W3C home > Mailing lists > Public > public-awwsw@w3.org > March 2011

Re: summary so far.

From: Nathan <nathan@webr3.org>
Date: Wed, 02 Mar 2011 12:53:00 +0000
Message-ID: <4D6E3DAC.90007@webr3.org>
To: Jonathan Rees <jar@creativecommons.org>
CC: AWWSW TF <public-awwsw@w3.org>, David Booth <david@dbooth.org>
yay, definitely getting there! follow up at the bottom to keep it in 

Nathan wrote:
> Jonathan Rees wrote:
>>> So, <u> does not refer to an HTTP/REST resource, that is, even if you 
>>> could
>>> see the entire set of representations ever given to every person, you 
>>> still
>>> often cannot deduce to what the URI refers, what it names.
>> umm. doesn't compute. Oh, I see, you're saying the mapping from URI to
>> IR isn't functional. Agree completely - someone has got to (or has the
>> privilege to) decide which of those IRs the URI is to refer to, even
>> assuming that they're using the URI to name an IR at that URI. THis is
>> why my 'is bound to' relation is not functional.
> interesting thing here.. next paragraph
>>> Here is some evidence to back up this claim:
>>>  http://lists.w3.org/Archives/Public/public-awwsw/2011Mar/0006.html
>>> In the case pointed to above, you must see how the URIs are /used/
>>> (consistently over time) to establish what they refer to; and not 
>>> what the
>>> information resource reflects (consistently over time).
>> Yes, meaning of a URI is how it's used by agents
> now this is interesting, and I'm unsure exactly how to say it, but if we 
> work from HTTP Resource upwards to URI, such that we consider an HTTP 
> Resource as being a distinct object for which all URIs used to refer to 
> it are bound to that HTTP Resource (the URIs are a property of the HTTP 
> Resource), then we come to the wrong conclusions, and things break.
> In the quoted example above, it would mean that all four URIs are bound 
> to the "HTTP Resource", they all refer to the "same thing", which is 
> clearly inconsistent and just wrong in every way.
> Even though there is only one "HTTP Resource", there are four distinct 
> "Resources".
> Each of the four URIs could be bound to one, or four, or two billion 
> different "HTTP Resources" and you wouldn't know.
> Which means that.. they're unquantifiable.
> Every single bit of information which could possibly be used to 
> determine exactly how many HTTP Resources there are, is therefore 
> hidden, and has to be, otherwise the whole thing falls apart. This is a 
> product of the uniform interface and the compound identifier with it's 
> late binding of the various differently scoped names of which a URI 
> comprises.
> Jonathan: Kudos, you said this a while back and I didn't fully grasp 
> what you meant, but you were right, you cannot prove in any way that 
> there is more than one HTTP/REST resource (technically by looking 
> through the uniform interface).
> This falsifies all kinds of things, and I have to draw some conclusions.
> "meaning of a URI is how it's used by agents" - check, yes.
> (I'll have to iteratively explain the next bit)
> each URI is optionally bound to a set of representations over time, each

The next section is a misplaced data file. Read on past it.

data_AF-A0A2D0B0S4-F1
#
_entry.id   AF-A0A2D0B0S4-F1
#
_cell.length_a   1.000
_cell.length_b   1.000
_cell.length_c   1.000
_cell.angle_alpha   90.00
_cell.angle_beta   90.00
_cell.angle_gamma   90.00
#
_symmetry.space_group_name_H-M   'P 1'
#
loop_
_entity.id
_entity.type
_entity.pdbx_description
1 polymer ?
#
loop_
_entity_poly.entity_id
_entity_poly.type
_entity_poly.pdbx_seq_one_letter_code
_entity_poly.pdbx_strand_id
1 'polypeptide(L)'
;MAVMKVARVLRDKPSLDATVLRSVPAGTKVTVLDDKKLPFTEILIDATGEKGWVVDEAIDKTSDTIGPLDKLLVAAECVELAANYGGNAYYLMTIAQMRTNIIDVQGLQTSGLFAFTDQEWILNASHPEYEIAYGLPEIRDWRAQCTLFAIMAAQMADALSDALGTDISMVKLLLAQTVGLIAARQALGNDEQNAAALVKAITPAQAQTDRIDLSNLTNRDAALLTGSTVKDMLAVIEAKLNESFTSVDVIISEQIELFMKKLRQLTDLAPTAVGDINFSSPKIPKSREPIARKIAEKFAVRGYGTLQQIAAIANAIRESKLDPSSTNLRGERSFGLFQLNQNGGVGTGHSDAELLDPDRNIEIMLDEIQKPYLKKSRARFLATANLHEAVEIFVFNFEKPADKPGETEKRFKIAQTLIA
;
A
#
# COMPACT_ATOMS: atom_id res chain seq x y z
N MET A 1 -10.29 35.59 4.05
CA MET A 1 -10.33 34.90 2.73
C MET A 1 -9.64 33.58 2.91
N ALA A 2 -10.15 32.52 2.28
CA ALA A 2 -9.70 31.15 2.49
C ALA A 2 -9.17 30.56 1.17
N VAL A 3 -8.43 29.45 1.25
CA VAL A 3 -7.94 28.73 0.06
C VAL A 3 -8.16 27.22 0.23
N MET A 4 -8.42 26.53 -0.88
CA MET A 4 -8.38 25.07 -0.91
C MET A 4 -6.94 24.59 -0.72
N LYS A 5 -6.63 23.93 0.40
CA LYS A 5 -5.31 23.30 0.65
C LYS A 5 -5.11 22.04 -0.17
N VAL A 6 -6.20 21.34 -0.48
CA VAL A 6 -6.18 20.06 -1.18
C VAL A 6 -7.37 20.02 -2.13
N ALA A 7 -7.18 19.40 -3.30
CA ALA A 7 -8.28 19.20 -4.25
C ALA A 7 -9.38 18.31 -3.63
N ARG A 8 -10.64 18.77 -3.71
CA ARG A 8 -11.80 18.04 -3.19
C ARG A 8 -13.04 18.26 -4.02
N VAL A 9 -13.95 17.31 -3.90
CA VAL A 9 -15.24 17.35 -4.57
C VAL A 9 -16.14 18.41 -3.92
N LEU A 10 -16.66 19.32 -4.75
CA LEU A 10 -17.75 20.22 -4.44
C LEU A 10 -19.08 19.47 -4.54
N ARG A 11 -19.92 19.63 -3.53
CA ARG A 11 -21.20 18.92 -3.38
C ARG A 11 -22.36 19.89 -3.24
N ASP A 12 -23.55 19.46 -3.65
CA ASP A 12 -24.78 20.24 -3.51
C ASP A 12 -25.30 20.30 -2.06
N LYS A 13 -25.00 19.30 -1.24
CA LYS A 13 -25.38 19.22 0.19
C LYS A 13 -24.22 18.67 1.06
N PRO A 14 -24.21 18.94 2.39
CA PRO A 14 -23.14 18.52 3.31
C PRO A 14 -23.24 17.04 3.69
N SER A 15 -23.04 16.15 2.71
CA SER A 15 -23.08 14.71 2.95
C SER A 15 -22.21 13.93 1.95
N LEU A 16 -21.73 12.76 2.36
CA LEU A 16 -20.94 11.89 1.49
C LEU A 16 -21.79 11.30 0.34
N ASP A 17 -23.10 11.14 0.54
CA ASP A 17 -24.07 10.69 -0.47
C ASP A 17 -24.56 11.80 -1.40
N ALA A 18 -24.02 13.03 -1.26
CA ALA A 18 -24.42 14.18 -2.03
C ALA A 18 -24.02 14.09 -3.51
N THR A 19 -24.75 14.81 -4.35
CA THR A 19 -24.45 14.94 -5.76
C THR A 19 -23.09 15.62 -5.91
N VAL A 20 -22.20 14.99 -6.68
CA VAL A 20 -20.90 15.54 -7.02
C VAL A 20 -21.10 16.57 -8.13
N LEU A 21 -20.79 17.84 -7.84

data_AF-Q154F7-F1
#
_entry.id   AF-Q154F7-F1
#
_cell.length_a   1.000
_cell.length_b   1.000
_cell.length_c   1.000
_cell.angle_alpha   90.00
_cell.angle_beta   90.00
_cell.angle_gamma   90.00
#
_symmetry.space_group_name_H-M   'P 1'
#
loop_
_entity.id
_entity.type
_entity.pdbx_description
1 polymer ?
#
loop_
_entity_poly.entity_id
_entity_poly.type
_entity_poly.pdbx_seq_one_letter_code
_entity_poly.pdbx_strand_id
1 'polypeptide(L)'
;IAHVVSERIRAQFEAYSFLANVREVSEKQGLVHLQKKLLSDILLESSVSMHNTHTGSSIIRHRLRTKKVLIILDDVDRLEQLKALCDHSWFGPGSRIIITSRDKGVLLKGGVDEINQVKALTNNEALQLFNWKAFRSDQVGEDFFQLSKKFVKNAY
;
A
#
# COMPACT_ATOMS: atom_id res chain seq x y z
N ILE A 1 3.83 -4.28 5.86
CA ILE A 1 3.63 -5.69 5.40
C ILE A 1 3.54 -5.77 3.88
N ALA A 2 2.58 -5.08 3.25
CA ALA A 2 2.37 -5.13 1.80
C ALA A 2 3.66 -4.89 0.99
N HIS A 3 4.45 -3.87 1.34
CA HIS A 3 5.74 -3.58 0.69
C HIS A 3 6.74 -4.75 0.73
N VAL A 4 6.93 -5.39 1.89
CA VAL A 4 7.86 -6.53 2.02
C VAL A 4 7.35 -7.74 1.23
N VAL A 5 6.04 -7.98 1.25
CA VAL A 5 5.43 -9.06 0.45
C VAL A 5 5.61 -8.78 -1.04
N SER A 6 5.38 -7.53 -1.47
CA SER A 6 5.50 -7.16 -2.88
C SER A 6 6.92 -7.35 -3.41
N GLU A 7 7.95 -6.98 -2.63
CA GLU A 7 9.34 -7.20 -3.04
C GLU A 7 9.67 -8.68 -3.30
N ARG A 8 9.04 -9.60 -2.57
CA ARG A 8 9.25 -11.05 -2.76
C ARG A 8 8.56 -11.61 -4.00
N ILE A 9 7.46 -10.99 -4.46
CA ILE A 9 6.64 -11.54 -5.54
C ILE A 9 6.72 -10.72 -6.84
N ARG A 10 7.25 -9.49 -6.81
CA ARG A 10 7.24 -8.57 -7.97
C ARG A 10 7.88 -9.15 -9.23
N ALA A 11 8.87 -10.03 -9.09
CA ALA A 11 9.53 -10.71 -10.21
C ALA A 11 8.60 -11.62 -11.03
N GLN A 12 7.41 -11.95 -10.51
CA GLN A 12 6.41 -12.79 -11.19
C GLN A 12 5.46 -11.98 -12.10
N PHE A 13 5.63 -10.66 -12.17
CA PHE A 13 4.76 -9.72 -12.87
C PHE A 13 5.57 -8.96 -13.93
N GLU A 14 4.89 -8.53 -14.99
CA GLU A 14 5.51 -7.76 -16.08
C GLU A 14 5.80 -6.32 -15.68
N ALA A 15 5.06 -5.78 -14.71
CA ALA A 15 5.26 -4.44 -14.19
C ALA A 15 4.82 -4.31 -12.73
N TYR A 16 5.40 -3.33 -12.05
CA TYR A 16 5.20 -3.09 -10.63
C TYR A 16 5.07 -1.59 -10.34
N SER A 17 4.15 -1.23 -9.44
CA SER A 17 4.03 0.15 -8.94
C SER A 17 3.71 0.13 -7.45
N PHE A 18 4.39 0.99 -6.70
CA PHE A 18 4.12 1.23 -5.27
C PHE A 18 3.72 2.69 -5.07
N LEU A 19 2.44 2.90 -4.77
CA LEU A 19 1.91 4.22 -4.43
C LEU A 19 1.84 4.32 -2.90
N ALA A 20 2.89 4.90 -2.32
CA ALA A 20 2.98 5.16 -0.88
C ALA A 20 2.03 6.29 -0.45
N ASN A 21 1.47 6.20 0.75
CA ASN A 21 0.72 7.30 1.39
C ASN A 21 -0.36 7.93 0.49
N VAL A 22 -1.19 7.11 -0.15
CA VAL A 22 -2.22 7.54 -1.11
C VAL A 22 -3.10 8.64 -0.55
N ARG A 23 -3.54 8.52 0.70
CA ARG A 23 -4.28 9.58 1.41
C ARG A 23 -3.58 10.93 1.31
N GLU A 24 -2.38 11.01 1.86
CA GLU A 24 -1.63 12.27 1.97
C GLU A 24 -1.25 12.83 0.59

> representation is anonymous (only existentially quantified) by default 
> (*) and late bound to the URI as a product of the dereferencing process, 
> thus if one representation has been bound to a specific URI then that 
> URI belongs to the class of things for which representations have been 
> bound. I'll that class of things RB for now (has a [R]epresentation 
> [B]ound).
> * given two identical representations, you cannot tell what they are 
> representations of, if they are representations of the same thing, or 
> two different things.
> Okay, I used representation above to mean content+meta, nothing more, 
> nothing less, and doesn't mean that it's a "representation" of anything. 
> I've purposefully not used the term information resource, because at 
> this moment in time I can't bring myself to say any more than there are 
> URIs, some URIs have had content+meta's bound to them, and thus we could 
> make a proper subclass which is the class of all URIs for which a 
> content+meta has been bound.

for all URI <u> in class RB, <u> is bound to a set SR of representations 
{Ri,i=1...n}, to a Thing.
for all URI <u> in class RB, there exists a set SA of agents 
{Ai,i=1...n} for which <u> is a name for SR or T.

hashes [
   for some <u> in class RB there exists a class of sub-URIs of the form 
   for all <u#f> in <u>, <u#f> is bound to SR.
   if there exists 1...n <u#f> in <u>, then <u> refers to SR and T == SR.
   for all a in SA, <u> refers to SR and T == SR.
] (
  - easy
  - doesn't cover the cases where you can't use <u#f>
  - it's still true that:
     for some a in SA, <u> refers to T
     for some a in SA, <u> refers to SR
     for some <u> in class RB, T != SR.
     for some <u> in class RB, T == SR.

slashes [
   for some a in SA, <u> refers to T
   for some a in SA, <u> refers to SR
   for some <u> in class RB, T != SR.
   for some <u> in class RB, T == SR.
   if T == SR then for all a in SA, <u> refers to SR and T == SR.
   if T != SR and no a in SA uses <u> for SR, then <u> refers to T.
   if T != SR and some a in SA uses <u> for SR, then T == SR && T != SR.
] (
  - the problem

if any of the following conditions is true, then there no problem:

   if T == SR
   for all a in SA, <u> refers to T
   for all a in SA, <u> refers to SR

the only "fix" is to make ( for all <u> in RB, T == SR ) universally 
true (<u> == IR), or make it universally false ( can't use <u> as a 
name). there's no way to enforce either.

There is one vital question here though, if T != SR, is there anything 
one could even say about SR, the only things that could be said, would 
be those that would be true for all R in SR, which isn't much if 
anything - can we identify what these things are?


Received on Wednesday, 2 March 2011 12:54:59 UTC

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